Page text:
An object from space crashed into a Florida home. The family wants accountability

A family is seeking damages from NASA after space debris crashed into their Florida home earlier this year.

Alejandro Otero and his family submitted a claim to NASA to recover money after a piece of space debris tore through their home, according to a news release on Friday from Mica Nguyen Worthy, a Charlotte, North Carolina-based attorney representing the family.

The release did not specify an amount. However, the Washington Post reported Sunday that the attorney told the newspaper in an email that the Oteros were seeking more than $80,000.

NASA confirmed in April that a nearly two-pound cylindrical object was part of a jettisoned pallet of used batteries from the International Space Station, according to the Naples Daily News, part of the USA TODAY Network.

A family is suing NASA over a chunk of the International Space Station that crashed into their house.
A family is suing NASA over a chunk of the International Space Station that crashed into their house.

Space debris a 'real and serious issue'

Alejandro Otero's son Daniel was home on March 8 when the chunk of space debris left a sizable hole from the roof through the sub-flooring, according to the news release from Cranfill Sumner, a law firm.

The Oteros live in Naples, around 30 miles south of Fort Myers, on the Gulf Coast of Florida.

"The Oteros retained Worthy to navigate the insurance and legal process and to make a formal claim against NASA," the news release said.

“Space debris is a real and serious issue because of the increase in space traffic in recent years,” added Worthy, a partner with Cranfill Sumner, in the news release.

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Space debris claim is 'historical,' lawsuit says

Worthy said in the release that NASA has six months to respond to the claim under the Federal Torts Claim Act. The claim includes noninsured property damage loss, business interruption damages, emotional and mental anguish damages and costs for assistance from third parties, the release said.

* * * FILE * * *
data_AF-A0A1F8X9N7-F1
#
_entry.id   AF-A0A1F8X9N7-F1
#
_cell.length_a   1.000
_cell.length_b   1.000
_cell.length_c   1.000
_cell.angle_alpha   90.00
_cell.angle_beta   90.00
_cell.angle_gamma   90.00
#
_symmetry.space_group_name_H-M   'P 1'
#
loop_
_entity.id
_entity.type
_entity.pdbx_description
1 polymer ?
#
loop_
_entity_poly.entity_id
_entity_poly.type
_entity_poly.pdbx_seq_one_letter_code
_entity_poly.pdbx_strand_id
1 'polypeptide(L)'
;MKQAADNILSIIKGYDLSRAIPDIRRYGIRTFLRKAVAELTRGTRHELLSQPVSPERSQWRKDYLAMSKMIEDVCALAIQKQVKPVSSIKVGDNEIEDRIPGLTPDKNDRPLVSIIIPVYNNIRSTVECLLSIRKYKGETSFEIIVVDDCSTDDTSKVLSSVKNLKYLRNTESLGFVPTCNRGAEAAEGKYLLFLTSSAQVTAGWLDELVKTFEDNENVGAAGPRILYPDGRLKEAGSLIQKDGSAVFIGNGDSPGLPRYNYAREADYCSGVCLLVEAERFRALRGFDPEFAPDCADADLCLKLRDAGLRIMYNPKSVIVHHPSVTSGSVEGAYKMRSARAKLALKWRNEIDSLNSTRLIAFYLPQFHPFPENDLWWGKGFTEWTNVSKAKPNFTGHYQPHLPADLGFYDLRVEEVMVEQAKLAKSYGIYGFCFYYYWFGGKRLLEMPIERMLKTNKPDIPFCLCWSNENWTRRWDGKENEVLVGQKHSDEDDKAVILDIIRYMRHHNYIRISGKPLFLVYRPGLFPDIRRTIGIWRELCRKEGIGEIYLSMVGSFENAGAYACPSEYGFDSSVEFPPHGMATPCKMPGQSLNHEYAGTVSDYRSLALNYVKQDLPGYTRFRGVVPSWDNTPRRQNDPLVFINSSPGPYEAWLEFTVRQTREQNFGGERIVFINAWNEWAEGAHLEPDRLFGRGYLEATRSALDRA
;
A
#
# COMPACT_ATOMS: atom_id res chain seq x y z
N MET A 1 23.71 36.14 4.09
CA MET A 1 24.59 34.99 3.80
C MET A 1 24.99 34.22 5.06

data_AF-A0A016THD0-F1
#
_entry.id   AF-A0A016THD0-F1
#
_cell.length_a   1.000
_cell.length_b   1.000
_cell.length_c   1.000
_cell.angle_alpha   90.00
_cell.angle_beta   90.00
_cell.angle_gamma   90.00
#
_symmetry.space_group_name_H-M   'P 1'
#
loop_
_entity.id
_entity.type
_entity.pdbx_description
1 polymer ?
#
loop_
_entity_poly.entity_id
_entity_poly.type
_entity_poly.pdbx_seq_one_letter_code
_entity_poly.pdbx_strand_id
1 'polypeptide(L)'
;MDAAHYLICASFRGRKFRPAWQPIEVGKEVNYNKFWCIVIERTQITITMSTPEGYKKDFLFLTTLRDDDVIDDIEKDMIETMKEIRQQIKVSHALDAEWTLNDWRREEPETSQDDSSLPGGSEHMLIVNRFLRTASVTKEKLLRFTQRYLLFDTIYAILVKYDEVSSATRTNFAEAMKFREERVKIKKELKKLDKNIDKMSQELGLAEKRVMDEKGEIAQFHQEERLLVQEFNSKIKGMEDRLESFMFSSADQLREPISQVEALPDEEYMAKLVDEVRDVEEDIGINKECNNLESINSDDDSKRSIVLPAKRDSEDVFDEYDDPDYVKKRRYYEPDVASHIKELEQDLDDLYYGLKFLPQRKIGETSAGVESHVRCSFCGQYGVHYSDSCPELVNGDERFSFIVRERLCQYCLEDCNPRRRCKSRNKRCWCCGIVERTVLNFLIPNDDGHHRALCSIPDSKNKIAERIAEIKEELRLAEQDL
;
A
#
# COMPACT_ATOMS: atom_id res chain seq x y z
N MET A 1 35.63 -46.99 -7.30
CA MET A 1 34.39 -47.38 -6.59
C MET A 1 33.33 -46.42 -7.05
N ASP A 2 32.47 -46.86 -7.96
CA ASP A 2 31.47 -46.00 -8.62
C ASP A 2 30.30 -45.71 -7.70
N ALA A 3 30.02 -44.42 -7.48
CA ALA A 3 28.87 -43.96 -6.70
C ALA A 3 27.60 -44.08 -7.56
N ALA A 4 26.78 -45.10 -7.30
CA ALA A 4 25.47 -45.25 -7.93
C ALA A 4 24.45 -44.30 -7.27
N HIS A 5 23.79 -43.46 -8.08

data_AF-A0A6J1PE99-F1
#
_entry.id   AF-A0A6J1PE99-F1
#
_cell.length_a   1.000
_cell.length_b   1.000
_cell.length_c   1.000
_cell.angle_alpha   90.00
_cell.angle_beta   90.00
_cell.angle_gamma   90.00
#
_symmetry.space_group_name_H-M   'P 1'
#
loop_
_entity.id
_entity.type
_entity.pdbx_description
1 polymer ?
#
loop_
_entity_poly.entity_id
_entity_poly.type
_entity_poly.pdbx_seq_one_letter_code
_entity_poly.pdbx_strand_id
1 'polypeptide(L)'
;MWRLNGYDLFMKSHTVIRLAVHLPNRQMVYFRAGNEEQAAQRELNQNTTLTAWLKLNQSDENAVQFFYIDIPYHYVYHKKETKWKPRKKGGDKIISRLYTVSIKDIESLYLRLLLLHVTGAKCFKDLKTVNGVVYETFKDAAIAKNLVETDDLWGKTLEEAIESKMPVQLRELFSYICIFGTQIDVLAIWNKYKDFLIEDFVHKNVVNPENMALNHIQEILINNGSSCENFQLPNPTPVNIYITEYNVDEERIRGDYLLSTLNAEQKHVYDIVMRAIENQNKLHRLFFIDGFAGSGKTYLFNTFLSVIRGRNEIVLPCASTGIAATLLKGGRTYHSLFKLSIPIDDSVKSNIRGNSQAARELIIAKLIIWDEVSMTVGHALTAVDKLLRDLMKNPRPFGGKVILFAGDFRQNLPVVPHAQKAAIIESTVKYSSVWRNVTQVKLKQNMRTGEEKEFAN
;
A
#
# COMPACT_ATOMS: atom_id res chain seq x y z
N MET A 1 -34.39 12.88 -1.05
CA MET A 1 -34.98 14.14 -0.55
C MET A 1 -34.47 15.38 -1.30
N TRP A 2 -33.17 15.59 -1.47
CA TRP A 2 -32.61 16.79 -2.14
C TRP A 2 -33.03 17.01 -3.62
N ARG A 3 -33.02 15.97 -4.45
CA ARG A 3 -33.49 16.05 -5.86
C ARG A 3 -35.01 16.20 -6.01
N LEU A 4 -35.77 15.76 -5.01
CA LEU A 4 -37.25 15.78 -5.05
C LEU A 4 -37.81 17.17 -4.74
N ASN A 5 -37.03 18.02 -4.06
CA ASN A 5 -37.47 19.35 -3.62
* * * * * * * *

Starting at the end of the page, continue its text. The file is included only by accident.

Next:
"This space debris claim is historical in that it involves a 'real life example' of the consequences of space debris surviving to the Earth’s surface," the release continued.

"How NASA responds to her claim will form the foundation upon which the legal landscape in this field will be built."

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Worthy added: “My clients are seeking adequate compensation to account for the stress and impact that this event had on their lives. They are grateful that no one sustained physical injuries from this incident, but a ‘near miss’ situation such as this could have been catastrophic. If the debris had hit a few feet in another direction, there could have been serious injury or a fatality.”

More on the space debris

NASA said ground controllers used the Space Station's robotic arm to release a cargo pallet containing aging nickel hydride batteries in 2021.

The total hardware released, weighing around 5,800 pounds, was supposed to burn up during entry into the Earth's atmosphere. But part of it that failed to incinerate crashed into the Oteros' home.

This article originally appeared on Naples Daily News: After space debris crashed into their home, a Florida family sues

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